In the western world, the terms meditation and mindfulness are often used interchangeably. They are indeed two sides of the same coin.  However, there are clear distinctions. Those distinctions are ever illuminating and ever-evolving to fit our contemporary world. The practice of meditation predates the idea of mindfulness. Mindfulness is linked to the “time of the Buddha.” Buddha discovered that focusing entirely on his breath would allow him to see reality and reach meditation more quickly. 

Ancient meditation was aimed at spiritual growth and was a means for self-realization and the achievement of supreme consciousness. Historically, it is tied to religion and was a way of transcending earthly emotions to live in a more heightened state of oneness with God. Meditation is the practice in which self-perceptions become transparent and confinement by the construct of the mind is overcome. In laymen’s terms, it is the means in which we can self-regulate our limited perceptions and be in touch essentially with the essence of who we are. 

Mindfulness, like other meditation practices, such as yoga, tantra, breathing, emptiness, visualization is a form of meditation. It is an action-focused practice that heightens the basic human ability to be fully present; awareness of where we are and what we are doing. It is a discipline that limits over-reaction or neutralizes overwhelmed tendencies in everyday living. When we are in the NOW, we are not obliged by the past nor are we limited by opinions of the future.  Mindfulness is the fundamentals of the development of *“The Focused IQ.”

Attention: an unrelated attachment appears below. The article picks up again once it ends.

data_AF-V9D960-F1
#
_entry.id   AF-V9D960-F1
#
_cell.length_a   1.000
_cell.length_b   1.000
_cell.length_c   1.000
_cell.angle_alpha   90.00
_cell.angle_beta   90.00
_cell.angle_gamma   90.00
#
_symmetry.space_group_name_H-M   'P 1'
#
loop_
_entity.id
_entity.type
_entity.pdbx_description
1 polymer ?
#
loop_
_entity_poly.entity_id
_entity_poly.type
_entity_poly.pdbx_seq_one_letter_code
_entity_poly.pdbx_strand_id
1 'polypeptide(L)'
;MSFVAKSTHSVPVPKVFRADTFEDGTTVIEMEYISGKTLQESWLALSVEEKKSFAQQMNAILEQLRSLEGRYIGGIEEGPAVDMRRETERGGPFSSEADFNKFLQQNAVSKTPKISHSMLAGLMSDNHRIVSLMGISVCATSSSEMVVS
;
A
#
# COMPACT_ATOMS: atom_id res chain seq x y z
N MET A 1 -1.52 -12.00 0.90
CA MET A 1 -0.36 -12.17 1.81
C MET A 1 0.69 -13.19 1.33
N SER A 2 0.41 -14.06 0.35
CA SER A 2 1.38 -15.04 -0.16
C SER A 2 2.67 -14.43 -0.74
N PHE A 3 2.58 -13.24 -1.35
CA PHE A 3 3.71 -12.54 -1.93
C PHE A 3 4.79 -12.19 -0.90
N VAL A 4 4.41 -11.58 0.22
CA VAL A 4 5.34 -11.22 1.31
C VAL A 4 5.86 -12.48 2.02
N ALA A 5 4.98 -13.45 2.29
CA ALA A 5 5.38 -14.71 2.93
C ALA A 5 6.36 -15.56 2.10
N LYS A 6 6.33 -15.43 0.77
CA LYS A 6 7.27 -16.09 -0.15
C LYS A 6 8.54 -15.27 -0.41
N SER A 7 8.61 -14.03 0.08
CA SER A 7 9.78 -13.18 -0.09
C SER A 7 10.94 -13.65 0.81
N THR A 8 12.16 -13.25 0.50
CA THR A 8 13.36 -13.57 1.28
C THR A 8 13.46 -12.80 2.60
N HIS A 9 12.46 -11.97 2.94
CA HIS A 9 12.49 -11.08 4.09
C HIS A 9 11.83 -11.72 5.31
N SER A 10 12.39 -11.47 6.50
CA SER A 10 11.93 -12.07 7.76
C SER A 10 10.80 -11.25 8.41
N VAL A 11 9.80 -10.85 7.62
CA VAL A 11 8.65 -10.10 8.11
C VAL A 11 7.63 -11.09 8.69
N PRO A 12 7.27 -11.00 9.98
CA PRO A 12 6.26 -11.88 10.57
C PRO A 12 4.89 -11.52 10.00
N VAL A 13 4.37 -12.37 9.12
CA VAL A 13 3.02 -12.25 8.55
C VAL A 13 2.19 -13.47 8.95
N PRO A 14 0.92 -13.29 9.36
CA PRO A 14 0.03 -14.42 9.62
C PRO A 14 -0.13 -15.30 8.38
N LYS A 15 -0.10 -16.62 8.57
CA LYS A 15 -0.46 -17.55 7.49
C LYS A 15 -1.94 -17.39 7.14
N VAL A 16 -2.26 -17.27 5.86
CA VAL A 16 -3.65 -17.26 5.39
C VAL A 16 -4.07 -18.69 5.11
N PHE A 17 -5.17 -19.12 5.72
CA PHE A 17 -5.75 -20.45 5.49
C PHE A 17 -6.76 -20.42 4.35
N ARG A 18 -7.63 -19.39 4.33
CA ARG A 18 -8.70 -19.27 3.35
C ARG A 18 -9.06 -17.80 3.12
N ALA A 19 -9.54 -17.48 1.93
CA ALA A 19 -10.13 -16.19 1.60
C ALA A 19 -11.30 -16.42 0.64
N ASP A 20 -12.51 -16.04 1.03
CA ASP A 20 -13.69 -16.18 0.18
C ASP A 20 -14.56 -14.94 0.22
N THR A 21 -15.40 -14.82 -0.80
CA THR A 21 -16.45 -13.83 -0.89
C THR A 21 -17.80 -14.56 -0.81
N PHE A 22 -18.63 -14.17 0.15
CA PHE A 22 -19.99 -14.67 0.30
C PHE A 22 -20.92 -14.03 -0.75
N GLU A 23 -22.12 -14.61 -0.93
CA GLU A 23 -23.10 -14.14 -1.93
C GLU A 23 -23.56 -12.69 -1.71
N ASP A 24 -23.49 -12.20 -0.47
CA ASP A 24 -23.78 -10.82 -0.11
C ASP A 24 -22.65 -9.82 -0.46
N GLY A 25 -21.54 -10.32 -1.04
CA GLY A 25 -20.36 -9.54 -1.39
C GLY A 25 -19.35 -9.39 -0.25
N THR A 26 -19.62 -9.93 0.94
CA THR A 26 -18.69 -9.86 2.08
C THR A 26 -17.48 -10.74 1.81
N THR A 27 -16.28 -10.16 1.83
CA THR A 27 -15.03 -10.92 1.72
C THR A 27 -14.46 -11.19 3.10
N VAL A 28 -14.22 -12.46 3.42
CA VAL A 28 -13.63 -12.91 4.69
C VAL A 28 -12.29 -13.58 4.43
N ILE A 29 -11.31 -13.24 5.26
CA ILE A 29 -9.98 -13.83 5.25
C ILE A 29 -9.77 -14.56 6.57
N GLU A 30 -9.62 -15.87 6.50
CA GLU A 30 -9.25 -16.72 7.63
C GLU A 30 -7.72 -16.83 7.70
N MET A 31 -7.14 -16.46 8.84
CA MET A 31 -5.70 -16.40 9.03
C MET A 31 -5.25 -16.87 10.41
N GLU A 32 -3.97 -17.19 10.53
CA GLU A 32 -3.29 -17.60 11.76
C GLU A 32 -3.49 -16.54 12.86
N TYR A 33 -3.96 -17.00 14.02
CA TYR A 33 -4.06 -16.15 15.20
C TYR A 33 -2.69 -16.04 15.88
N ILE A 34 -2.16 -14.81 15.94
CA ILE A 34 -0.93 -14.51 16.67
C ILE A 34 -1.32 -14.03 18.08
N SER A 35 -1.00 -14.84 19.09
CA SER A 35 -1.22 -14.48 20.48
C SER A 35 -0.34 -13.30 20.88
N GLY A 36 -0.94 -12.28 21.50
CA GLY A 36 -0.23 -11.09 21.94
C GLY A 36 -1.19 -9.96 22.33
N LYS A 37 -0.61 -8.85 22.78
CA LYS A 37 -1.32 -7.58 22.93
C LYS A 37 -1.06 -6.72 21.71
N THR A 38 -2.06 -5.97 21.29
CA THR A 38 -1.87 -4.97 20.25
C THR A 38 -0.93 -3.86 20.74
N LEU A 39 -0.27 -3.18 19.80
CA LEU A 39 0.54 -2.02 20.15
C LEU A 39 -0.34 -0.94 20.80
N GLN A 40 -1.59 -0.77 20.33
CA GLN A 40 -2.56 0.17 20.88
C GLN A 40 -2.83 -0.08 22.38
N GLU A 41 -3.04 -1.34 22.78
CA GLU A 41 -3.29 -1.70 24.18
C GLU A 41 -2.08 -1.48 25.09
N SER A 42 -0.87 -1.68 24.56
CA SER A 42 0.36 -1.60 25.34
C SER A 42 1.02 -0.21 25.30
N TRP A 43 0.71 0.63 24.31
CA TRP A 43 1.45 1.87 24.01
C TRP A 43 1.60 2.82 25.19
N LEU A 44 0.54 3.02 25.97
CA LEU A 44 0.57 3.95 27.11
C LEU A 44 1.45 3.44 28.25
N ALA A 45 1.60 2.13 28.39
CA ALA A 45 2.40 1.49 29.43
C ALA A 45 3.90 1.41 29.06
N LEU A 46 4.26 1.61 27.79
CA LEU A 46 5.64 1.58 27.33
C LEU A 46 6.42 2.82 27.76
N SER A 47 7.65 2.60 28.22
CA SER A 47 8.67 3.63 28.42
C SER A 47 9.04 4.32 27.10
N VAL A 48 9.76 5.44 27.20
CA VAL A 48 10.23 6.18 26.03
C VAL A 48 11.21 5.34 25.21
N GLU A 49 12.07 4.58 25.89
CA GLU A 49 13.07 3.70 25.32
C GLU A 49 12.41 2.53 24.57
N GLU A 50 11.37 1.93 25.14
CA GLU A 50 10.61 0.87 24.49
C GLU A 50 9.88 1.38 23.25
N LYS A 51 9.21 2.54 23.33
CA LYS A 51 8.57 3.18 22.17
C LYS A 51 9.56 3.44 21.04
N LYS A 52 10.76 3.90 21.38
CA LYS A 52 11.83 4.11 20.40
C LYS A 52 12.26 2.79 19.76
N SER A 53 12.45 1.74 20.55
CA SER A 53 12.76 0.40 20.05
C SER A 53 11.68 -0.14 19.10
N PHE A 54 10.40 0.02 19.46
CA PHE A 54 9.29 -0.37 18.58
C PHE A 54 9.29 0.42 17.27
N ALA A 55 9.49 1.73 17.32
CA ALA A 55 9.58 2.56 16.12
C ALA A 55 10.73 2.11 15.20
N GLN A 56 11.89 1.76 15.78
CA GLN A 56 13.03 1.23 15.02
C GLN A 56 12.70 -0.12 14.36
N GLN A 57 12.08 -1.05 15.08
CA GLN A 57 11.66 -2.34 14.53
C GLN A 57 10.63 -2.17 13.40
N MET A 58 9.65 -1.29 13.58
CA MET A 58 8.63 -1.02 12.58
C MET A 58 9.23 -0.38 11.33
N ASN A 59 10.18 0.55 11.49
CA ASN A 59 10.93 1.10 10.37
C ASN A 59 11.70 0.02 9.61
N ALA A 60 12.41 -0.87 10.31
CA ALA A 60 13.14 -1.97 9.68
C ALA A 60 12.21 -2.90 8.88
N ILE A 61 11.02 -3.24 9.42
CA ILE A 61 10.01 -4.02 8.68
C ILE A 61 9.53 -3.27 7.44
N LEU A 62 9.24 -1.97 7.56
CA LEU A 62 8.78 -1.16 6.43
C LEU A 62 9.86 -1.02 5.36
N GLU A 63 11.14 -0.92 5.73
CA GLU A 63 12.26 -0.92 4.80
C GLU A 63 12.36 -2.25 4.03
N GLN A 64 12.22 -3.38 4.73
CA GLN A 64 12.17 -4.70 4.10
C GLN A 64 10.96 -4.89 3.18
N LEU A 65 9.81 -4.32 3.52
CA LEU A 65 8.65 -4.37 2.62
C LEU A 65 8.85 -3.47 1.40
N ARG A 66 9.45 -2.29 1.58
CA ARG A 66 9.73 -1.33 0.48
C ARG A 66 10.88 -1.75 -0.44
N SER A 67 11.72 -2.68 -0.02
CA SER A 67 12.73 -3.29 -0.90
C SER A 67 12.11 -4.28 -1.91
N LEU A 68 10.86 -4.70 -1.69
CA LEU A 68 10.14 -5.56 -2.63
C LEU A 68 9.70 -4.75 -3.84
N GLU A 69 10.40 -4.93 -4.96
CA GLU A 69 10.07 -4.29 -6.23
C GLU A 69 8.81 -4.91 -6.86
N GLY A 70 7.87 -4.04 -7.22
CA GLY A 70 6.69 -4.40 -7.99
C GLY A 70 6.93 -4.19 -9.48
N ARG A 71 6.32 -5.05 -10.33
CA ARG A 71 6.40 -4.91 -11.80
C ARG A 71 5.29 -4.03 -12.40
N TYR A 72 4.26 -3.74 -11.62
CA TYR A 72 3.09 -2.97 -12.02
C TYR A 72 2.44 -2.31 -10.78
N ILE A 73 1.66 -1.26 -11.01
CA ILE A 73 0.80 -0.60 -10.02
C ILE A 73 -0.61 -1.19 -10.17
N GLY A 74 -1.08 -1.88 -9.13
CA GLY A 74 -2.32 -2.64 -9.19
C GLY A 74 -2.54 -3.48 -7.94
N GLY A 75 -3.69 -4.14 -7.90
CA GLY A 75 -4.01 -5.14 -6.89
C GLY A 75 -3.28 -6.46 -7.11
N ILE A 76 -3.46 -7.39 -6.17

The recent popularity of Mindfulness stems from the scientific acknowledgment that the Practice of Mindfulness lowers distress; elevates mental and physical health issues; reduces dependency on opioid drugs, improves self-control and research has also recently shown that mindfulness and positive thinking has beneficial effects on the DNA of breast cancer patients.  

The type of meditation exercises that I encourage is associated with several forms of meditation with a heavy emphasis on Mindfulness. Learning to be the observer and driver of your ambitions is highlighted. These exercises are designed to encourage participants to cultivate and integrate these “ways of being” into their personal and professional lives.  The sooner we understand our motivations; acknowledge and let-go of our self-imposed limitations; identify and act upon our unique vision for our business and our lives, the easier it is for us to transcend the old and focus on the new. It’s time to POWER UP by Minding Your Mind©!